As homeschoolers, we are not required to serve these mandatory hours of community service, however there are some requirements my son needs to fulfill for a Boy Scout merit badge, so I wanted to visit some organizations for my son to consider for his community service hours.
We live very close to an animal shelter, so our first field trip I was going to record was to this animal shelter. What was I thinking? We went there, and it went over like a lead balloon. Was I trying to torture my child? (No.) The dogs either looked like they had been beaten and mistreated, poster child for animal rescue posters, or like they had been bred for fighting and wanted to dissect us and chew on our bones. So we went to the other sections, and it was, "You brought me here and you aren't even going to let me go home with something?" What was I thinking? ::sigh::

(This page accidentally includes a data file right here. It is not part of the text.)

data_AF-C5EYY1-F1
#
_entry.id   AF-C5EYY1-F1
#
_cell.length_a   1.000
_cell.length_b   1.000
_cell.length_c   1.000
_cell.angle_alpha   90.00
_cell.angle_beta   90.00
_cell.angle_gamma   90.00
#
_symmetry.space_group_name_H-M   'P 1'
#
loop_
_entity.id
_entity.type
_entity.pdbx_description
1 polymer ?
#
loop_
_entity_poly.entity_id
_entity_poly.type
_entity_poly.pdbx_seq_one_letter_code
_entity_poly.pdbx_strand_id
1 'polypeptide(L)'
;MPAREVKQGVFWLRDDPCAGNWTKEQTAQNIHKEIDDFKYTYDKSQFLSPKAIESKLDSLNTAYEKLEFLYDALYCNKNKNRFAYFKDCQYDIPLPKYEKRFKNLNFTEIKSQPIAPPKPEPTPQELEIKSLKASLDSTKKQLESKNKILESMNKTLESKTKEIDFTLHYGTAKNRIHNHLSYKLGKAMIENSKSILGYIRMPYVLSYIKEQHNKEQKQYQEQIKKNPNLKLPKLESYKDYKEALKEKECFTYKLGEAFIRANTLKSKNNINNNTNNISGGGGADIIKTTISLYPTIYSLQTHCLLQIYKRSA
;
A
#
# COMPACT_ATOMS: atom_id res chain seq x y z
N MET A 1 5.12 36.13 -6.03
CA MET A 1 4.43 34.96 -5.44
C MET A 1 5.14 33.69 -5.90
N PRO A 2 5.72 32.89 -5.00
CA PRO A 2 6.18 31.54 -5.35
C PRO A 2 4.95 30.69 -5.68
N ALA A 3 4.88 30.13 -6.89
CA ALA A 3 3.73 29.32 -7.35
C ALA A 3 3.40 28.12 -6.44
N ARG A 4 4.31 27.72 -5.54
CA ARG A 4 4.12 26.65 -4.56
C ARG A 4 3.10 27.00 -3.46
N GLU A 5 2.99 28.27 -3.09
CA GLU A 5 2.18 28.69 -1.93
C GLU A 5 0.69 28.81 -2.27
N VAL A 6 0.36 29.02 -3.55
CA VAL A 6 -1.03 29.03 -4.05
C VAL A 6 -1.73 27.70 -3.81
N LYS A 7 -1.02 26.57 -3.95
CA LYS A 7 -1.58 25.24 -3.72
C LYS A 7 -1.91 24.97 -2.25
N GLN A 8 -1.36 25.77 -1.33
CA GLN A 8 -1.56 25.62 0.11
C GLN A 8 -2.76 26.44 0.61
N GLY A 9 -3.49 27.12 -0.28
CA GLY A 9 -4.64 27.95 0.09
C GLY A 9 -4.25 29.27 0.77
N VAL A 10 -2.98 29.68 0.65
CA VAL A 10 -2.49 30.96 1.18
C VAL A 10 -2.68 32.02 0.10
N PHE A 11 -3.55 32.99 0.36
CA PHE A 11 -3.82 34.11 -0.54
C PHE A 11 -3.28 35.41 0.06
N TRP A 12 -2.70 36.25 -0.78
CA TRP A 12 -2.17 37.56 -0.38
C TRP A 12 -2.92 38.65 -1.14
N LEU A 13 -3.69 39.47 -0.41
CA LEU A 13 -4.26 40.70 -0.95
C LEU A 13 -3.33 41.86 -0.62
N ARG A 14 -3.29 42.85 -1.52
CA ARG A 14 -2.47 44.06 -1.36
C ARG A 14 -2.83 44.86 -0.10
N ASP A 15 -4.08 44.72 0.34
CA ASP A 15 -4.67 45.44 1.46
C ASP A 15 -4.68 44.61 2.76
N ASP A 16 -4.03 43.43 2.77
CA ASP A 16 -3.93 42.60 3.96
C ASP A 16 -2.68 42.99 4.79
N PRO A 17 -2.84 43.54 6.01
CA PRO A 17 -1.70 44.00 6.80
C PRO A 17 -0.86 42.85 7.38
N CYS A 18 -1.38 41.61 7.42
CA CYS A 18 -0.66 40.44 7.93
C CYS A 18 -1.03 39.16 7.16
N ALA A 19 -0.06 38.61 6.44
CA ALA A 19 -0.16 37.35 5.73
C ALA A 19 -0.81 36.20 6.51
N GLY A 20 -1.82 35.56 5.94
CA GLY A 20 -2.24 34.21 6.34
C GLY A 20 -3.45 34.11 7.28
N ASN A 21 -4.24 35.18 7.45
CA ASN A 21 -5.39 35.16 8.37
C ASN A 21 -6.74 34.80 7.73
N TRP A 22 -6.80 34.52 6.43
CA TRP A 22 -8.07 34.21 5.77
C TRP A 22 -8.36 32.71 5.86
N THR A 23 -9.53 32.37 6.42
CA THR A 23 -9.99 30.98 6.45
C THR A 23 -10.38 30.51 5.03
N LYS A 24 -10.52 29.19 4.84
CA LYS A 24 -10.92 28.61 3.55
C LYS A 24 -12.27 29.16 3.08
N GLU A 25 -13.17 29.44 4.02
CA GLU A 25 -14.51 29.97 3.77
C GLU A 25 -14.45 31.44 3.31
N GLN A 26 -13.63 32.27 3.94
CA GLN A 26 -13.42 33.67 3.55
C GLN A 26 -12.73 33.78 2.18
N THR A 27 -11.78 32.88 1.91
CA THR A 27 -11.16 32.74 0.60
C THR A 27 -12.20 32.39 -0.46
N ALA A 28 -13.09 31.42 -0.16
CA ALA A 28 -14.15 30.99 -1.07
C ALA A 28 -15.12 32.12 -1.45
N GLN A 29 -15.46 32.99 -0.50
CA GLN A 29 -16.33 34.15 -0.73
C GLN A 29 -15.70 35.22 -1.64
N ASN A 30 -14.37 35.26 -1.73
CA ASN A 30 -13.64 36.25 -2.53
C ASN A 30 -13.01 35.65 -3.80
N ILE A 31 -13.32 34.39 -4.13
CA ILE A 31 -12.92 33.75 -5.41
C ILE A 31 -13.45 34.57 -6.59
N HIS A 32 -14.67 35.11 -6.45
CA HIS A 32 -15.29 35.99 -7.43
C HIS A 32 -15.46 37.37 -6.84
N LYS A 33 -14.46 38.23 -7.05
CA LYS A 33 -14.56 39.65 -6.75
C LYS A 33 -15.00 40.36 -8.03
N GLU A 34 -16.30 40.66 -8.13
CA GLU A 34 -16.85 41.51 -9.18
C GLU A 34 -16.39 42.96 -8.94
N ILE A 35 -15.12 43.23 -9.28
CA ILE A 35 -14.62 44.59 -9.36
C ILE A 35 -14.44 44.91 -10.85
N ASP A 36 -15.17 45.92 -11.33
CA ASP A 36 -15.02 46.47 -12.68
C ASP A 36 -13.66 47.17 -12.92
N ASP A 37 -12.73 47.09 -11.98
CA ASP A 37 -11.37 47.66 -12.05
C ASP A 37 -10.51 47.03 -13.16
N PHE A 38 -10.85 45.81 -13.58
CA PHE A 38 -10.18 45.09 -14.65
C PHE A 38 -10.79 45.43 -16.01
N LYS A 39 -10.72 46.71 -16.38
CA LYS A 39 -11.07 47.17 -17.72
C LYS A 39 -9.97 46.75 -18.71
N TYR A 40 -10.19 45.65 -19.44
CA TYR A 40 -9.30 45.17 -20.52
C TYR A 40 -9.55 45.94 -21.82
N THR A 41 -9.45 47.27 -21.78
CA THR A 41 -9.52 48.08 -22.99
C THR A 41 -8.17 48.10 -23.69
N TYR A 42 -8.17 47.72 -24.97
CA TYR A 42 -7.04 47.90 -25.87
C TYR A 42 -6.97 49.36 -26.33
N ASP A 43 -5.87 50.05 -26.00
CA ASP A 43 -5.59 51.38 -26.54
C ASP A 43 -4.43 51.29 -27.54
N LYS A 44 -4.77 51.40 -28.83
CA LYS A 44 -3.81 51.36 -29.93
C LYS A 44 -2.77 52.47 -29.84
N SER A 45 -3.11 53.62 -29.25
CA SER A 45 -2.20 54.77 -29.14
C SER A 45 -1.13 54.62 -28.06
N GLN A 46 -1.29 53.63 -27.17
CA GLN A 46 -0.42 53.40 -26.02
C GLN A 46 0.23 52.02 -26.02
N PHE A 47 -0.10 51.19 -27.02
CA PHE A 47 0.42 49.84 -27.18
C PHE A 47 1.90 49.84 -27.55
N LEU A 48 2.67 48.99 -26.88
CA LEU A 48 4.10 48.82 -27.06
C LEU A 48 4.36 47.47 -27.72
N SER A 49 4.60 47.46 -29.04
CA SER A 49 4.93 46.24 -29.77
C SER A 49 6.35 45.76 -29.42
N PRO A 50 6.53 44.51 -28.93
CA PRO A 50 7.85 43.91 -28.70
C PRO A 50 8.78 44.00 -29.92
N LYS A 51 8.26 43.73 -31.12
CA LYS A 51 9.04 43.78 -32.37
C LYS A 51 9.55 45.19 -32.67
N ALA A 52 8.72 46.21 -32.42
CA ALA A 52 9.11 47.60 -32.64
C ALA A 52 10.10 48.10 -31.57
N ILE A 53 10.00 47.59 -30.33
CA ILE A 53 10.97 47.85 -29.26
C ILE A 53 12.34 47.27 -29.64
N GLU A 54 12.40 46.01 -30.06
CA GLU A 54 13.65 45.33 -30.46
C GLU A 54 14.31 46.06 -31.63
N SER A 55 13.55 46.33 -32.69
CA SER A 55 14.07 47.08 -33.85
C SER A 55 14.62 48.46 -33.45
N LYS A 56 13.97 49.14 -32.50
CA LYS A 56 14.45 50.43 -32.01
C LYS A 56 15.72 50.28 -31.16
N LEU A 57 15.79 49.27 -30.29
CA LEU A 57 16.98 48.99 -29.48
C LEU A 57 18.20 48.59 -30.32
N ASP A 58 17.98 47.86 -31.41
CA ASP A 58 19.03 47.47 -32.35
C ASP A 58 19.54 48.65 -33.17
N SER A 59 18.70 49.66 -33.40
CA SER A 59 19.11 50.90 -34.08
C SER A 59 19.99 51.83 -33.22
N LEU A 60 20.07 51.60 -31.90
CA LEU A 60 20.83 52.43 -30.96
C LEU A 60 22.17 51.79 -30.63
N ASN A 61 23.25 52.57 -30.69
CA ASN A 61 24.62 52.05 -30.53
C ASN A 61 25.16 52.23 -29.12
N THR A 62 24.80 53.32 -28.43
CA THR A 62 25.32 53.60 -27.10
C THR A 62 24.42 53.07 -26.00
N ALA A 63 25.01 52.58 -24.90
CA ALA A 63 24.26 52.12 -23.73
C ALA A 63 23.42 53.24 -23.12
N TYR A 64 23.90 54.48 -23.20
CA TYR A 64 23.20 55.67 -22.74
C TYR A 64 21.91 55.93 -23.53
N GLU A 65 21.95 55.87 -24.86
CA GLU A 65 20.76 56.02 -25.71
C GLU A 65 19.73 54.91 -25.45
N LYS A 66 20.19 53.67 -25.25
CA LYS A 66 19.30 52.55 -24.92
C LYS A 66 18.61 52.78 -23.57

So, now my son was annoyed. ::sigh:: Well, I had made plans to swing by the wildlife rescue place as well (2nd Chance Wildlife Rescue) to donate some old blankets that I needed to get rid of and that I knew they could use. When my girls were in their teens, 2nd Chance used to welcome us in to see their facility, visit with the resident rescued 'possum, and hand feed the red-headed woodpecker that lived in the cedar out front. Now, granted, that was ten years ago, but the memories are still fresh in my brain.